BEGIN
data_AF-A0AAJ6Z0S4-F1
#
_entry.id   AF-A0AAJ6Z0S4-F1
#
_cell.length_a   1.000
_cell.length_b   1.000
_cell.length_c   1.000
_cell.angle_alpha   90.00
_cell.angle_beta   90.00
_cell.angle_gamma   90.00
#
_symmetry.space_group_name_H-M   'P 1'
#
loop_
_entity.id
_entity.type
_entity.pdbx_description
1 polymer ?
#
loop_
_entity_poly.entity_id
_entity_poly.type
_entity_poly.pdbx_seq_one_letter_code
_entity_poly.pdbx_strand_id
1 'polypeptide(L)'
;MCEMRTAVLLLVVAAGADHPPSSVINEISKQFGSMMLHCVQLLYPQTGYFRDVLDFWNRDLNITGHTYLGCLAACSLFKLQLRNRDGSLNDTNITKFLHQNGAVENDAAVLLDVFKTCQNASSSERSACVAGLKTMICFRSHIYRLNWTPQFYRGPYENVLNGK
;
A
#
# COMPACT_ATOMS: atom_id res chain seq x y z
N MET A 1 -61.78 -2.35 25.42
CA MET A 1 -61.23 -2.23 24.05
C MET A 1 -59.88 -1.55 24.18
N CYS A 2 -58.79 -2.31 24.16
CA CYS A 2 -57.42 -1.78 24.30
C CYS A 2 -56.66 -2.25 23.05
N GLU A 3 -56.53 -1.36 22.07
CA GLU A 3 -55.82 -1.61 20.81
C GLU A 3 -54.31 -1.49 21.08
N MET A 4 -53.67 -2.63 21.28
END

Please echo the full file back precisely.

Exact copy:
data_AF-A0AAJ6Z0S4-F1
#
_entry.id   AF-A0AAJ6Z0S4-F1
#
_cell.length_a   1.000
_cell.length_b   1.000
_cell.length_c   1.000
_cell.angle_alpha   90.00
_cell.angle_beta   90.00
_cell.angle_gamma   90.00
#
_symmetry.space_group_name_H-M   'P 1'
#
loop_
_entity.id
_entity.type
_entity.pdbx_description
1 polymer ?
#
loop_
_entity_poly.entity_id
_entity_poly.type
_entity_poly.pdbx_seq_one_letter_code
_entity_poly.pdbx_strand_id
1 'polypeptide(L)'
;MCEMRTAVLLLVVAAGADHPPSSVINEISKQFGSMMLHCVQLLYPQTGYFRDVLDFWNRDLNITGHTYLGCLAACSLFKLQLRNRDGSLNDTNITKFLHQNGAVENDAAVLLDVFKTCQNASSSERSACVAGLKTMICFRSHIYRLNWTPQFYRGPYENVLNGK
;
A
#
# COMPACT_ATOMS: atom_id res chain seq x y z
N MET A 1 -61.78 -2.35 25.42
CA MET A 1 -61.23 -2.23 24.05
C MET A 1 -59.88 -1.55 24.18
N CYS A 2 -58.79 -2.31 24.16
CA CYS A 2 -57.42 -1.78 24.30
C CYS A 2 -56.66 -2.25 23.05
N GLU A 3 -56.53 -1.36 22.07
CA GLU A 3 -55.82 -1.61 20.81
C GLU A 3 -54.31 -1.49 21.08
N MET A 4 -53.67 -2.63 21.28